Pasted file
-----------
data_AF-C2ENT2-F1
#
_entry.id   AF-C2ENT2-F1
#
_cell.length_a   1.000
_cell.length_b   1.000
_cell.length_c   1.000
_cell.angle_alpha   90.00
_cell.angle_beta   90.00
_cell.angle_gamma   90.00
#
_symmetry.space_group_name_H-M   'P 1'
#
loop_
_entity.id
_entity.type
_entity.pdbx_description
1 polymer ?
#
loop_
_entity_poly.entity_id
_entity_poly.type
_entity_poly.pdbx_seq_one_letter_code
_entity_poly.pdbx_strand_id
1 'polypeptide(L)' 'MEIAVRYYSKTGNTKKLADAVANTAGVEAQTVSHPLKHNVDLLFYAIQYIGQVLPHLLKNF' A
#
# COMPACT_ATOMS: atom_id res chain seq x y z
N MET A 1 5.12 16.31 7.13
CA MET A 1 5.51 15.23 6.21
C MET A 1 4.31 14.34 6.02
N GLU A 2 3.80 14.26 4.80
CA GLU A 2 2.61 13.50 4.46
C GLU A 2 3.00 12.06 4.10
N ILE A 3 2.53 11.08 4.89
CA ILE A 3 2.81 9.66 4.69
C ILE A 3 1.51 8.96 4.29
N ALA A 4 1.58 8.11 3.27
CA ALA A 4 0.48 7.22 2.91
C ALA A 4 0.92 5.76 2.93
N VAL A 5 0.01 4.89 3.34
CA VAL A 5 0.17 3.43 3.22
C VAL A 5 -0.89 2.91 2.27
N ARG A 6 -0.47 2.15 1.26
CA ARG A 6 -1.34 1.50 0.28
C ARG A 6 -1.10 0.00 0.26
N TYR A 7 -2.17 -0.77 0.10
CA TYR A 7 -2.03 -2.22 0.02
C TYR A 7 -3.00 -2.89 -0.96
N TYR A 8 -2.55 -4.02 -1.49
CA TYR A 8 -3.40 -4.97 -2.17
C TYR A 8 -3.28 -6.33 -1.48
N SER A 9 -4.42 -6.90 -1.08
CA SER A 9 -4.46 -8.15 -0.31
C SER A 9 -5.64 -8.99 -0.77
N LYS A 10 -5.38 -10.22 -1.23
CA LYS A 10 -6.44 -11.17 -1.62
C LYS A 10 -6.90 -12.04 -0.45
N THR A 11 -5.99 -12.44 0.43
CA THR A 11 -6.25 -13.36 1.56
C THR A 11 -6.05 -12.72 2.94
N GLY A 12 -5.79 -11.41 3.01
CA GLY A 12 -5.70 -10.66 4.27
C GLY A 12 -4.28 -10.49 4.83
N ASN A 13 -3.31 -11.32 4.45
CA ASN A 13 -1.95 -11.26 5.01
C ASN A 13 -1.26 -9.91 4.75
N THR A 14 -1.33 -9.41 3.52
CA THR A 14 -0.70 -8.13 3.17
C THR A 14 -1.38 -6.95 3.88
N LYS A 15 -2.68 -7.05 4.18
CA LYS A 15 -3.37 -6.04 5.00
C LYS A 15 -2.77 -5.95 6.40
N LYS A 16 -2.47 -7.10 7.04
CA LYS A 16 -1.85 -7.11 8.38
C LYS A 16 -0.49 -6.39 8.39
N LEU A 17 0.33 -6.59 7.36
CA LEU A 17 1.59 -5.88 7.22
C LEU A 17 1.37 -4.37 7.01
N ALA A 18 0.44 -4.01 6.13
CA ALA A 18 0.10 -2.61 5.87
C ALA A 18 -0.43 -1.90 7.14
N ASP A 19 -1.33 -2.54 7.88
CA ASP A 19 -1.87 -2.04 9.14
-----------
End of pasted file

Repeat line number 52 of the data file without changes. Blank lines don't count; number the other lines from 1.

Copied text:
N SER A 9 -4.42 -6.90 -1.08